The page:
So, why does Keith dedicate so much time in accurately constructing this whale? He is, above all, curious. As a graduate student studying environmental management he was intrigued by the unknown. He began “asking questions and realizing that no one had the answers.” This desire to know led him to study and photo-identify dolphins. As he delved deeper into the field, he discovered that “the largest and most prominent mammals in the ocean, whales, were virtually unknown.” Even after years in the field, Keith still has questions. He wonders how calf and mother strandings are related; he wonders if a physical signature for hearing damage exists in stranded whales; he never stops wondering. The whale skeleton is a part of his journey to find his answers and represents what he has learned. That accurate flipper embodies the discovery of knowledge.
This curiosity is what makes Keith a unique and valuable teacher. He still remembers the desire to find answers, which motivates him to teach. “I want people to ask questions,” Keith said, “and I want to provide them with a resource so they can find the answers, so they want to find answers.” Probing deeper, we discover that Keith enjoys making the project a public experience by speaking with outside groups, giving behind-the-scenes tours and public talks about Bonehenge and marine mammals. “Just hearing someone say, ‘Oh, wow!’ is really exciting to me.” And it is true. Every time we exclaim in excitement, be it at the whale’s preserved stomach contents or a picture of a hundred-pound whale heart, he beams back a proud “I know!” amazed that we, too, find this fascinating. His innate inquisitiveness and passion is overwhelming, infectious, inspiring. His sweeping arm movements seem too small to encompass all that the whale skeleton is, all the excitement he feels.
With Keith leading the project, the skeleton is so much more than a string of bones. It is a dynamic, interactive learning experience. One can investigate the inside of the skull cavity, pick up a jar of preserved stomach contents, and even sniff the musky spermaceti, wax from the head of the whale. Hanging in a museum, the skeleton educates, but it is just an object. Paired with Keith’s narrative, the whale comes to life. Just like Keith, we can “see behind the scenes: the tools, the bone dust, everything.” Keith shares it all with us. More than that, his curiosity kindles the excitement of his listeners and their enthusiasm inflames his own. The mammoth-sized skeleton at Bonehenge ignites the imagination.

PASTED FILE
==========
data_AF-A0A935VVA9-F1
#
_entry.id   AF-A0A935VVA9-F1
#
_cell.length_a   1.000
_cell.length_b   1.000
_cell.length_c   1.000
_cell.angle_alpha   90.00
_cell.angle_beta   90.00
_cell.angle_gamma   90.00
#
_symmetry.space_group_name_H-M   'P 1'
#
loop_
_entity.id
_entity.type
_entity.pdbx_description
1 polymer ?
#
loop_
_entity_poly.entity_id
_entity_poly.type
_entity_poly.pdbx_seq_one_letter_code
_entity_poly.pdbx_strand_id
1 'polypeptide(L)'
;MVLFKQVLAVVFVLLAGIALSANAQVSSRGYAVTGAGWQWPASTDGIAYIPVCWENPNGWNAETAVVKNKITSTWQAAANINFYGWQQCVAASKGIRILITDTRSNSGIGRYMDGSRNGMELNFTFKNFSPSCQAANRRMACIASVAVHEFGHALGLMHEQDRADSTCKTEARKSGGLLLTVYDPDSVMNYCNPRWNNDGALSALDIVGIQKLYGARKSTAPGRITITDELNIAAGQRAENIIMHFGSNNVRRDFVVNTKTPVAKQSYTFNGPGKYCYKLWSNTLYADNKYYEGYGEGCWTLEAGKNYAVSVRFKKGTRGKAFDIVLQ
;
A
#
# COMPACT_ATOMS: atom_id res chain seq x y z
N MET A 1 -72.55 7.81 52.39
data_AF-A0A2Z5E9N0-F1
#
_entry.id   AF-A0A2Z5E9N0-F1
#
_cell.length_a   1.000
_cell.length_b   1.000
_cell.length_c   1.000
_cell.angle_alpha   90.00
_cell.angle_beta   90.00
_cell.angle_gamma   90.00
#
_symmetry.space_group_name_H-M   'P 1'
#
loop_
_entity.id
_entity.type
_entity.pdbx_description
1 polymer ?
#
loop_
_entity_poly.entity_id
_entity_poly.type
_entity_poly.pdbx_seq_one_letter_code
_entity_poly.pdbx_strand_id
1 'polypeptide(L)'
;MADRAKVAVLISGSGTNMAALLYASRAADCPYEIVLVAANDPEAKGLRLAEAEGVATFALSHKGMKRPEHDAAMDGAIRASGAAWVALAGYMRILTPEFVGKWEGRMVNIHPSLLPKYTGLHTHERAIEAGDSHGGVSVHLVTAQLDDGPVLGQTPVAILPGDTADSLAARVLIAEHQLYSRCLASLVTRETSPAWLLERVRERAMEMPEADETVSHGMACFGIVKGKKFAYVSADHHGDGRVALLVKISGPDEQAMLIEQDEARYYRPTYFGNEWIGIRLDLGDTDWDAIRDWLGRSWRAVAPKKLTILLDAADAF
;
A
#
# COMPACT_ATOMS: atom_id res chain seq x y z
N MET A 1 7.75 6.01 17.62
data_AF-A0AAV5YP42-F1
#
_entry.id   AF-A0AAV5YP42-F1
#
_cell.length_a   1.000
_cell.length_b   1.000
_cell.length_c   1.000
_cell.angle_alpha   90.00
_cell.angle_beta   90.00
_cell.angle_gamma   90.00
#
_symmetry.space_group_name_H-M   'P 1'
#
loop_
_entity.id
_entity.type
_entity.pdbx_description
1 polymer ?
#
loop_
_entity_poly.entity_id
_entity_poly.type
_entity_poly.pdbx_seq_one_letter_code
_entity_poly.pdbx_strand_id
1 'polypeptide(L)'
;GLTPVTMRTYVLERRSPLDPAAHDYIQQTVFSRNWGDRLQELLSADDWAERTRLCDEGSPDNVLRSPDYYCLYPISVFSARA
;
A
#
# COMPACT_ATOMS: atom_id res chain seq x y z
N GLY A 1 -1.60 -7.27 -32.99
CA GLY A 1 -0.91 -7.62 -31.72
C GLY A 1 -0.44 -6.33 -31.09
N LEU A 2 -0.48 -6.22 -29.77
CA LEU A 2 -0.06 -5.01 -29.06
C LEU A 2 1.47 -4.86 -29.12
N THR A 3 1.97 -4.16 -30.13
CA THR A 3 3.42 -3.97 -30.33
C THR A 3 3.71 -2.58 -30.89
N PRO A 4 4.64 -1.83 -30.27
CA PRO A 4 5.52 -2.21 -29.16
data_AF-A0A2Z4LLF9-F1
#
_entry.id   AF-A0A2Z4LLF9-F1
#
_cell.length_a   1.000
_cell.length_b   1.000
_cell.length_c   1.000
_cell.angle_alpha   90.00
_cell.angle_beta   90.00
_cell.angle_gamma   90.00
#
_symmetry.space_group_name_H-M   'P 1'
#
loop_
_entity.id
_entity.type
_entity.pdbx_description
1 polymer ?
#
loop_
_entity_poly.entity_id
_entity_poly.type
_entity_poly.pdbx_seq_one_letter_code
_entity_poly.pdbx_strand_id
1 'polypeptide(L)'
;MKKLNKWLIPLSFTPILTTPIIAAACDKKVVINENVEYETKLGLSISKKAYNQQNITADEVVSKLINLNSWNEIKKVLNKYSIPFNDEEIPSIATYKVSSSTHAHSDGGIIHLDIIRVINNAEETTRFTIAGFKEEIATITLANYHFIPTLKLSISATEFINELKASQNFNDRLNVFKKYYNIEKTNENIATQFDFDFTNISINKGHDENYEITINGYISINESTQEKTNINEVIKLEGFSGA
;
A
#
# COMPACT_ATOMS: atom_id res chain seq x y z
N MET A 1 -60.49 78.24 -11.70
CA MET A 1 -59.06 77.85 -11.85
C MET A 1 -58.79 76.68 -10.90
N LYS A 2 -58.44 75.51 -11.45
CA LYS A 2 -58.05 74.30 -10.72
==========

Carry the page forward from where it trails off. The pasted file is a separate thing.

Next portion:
Despite being the heart of Bonehenge, Keith prefers to laud the efforts of others rather than highlighting his own accomplishments. He minimizes the countless hours he has spent constructing, educating, and promoting. His arm sweeps from the wooden rafters to the large whale skeleton. “It’s not just Keith,” he states as he gives us another bashful grin. In explanation, he gestures all around, telling us about the community barn-raising that brought this building into existence. He tells us that out of the fifty thousand dollars needed to finish this project, a remarkable thirty-two thousand was donated in the first two years. “You know, back in 2004, if I were told I had to put these whale bones back together, I would have rebelled,” Keith says as he gazes at the walls, “but the people made it worthwhile.”
What does the whale skeleton represent? It is an inspiration for future generations. It has a history, every fixed crack and fused bone a tale of endless hours of work. It is full of detail, each turn of the spine a careful calculation, every space between the bones a testament to thoughtful attention. Each bone represents a donation, a contribution from the community. And behind this mammoth amount of marrow is Keith, orchestrating each step into a symphony of science, art, community, and education.